Open Thread

by epi on July 17, 2014

Welcome to the Etiquette Daily

This open thread is your space to use as you like. We invite you to discuss current and traditional etiquette. Feel free to ask questions of each other and the community moderators here.

{ 11 comments… read them below or add one }

Char July 17, 2014 at 2:17 am

Hi,
What is the appropriate way to describe a black person? At times I struggle when people ask me who a certain person is, and I try to find ways to avoid quoting his skin colour as a descriptor. Is it OK to say “John is the black guy who wears a hat” or should I keep saying something along the lines of “John is the guy who wears a hat and sits in the north corner of the office” without references to colour at all. At times, I see other people do it too, and they avoid quoting the colour, and in general it creates a very awkward situation for both of us. I think it’s a society thing…

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Vanna Keiler July 21, 2014 at 3:12 pm

Hi Char. I would recommend doing what you’ve been doing: describing the location and clothing of the individual and avoiding reference to ethnicity if you are uncertain how to address it. Best not to say something if you’re unsure if it will offend. It is generally not necessary anyways to reference a person’s ethnicity if there is another way for someone to know who you’re talking about. I applaud your sensitivity and consideration for others in asking this question.

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Elizabeth July 21, 2014 at 4:18 pm

I think it does probably depend on the cultural norms in which one is operating. For me, there would be nothing weird about saying, “Jane is the tall white lady, theshort Asian lady with glasses, the black woman who uses a cane, young Pakistani woman, the red-headed Latina in the next cube.” I think it gets dodgy when you only use the descriptor for non-whites (or non-majority). But if you also specify the majority race as well, I can’t see what harm is.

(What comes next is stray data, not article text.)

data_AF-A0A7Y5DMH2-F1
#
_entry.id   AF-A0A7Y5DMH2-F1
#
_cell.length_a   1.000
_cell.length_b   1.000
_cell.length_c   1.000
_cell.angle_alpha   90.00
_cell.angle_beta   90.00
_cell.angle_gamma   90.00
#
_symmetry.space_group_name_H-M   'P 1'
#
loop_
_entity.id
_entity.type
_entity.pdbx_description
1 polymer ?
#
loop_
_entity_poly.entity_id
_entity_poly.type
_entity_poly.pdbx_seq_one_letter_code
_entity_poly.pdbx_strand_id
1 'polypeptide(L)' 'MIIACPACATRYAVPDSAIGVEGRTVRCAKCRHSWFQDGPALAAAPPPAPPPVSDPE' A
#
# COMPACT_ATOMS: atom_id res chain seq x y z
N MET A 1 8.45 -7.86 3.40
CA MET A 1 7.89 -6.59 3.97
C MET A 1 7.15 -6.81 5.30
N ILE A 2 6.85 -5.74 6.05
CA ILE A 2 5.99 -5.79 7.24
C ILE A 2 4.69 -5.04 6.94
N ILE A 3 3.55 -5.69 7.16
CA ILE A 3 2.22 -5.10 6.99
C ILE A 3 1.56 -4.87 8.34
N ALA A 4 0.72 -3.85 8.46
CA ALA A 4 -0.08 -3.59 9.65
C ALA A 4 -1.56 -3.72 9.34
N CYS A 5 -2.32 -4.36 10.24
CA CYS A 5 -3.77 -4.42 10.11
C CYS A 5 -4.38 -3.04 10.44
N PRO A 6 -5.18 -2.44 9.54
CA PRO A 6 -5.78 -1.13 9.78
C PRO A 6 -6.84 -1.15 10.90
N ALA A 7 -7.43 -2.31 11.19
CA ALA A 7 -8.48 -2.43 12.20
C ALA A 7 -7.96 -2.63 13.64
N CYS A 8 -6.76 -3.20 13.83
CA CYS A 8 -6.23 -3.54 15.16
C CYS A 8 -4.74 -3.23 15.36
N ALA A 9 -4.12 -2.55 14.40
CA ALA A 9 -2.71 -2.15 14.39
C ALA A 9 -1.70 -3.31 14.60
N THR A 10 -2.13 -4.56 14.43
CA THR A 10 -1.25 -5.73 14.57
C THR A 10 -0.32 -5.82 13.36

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Amanda July 17, 2014 at 11:44 am

Hi,

I have two questions about table etiquette. First I was wondering if putting paper napkins along with cloth napkins is a faux pas for formal dinners. A friend of mine says you are suppose to have paper napkins on the table for people that wish to use it but not with the cloth napkin. It doesn’t seem right to me to have napkins with a napkin holder on the table, but I couldn’t be sure. Are we not suppose to use paper napkins when we have cloth ones or if we should where are we suppose to put them?

My second questions is concerning the bread plates. Are we suppose to remove them when the salad plates arrive or should they stay on our left the whole dinner?

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Alicia July 17, 2014 at 1:43 pm

If cloth napkins no need for paper as you would be using the cloth napkin and vice versa. One or the other

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Winifred Rosenburg July 17, 2014 at 2:15 pm

Alicia is right about the napkins. Paper napkins are a substitute for cloth napkins and are not needed when the cloth napkins are available.

If using bread plates, remove them before serving the first course.

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Petra July 17, 2014 at 2:12 pm

Hi,

My question refers to forms of address. I work in the hospitality industry, so where I work we are always respectful when addressing our guests. I prefer, and think it is appropriate to address women as “Ma’am.” I have a manager, who is 30 years old, who thinks it is appropriate to address women as “Miss,” regardless of the woman’s age. He will address 60+ year old women in this fashion. I feel this is demeaning and disrespectful. He claims it is appropriate. Please help me.

Sincerely,

Petra

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Elizabeth July 17, 2014 at 4:21 pm

I agree with you completely. Miss is only used for very young girls nowadays.

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Winifred Rosenburg July 17, 2014 at 7:17 pm

I agree with you. I will say it possible your manager developed this habit because he was chastised by an uninformed woman who thought the term made her sound old. (Sadly, I’ve heard of people doing this.) No one likes to be yelled at so I would give him a pass if that is his reason.

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Laura July 17, 2014 at 2:51 pm

Greetings,
My husband and I recently purchased a home in an older well established neighborhood. We are in our late 20′s and most of our neighbors are much older and /or retired. What is expected of us as “new kids on the block”?
Thank you,
Laura

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Alicia July 17, 2014 at 3:16 pm

Smile, introduce yourself as you see people out and about, say hi or a brief wave after you get to know people. Age of neighbors has no difference in how one should act neighborly.

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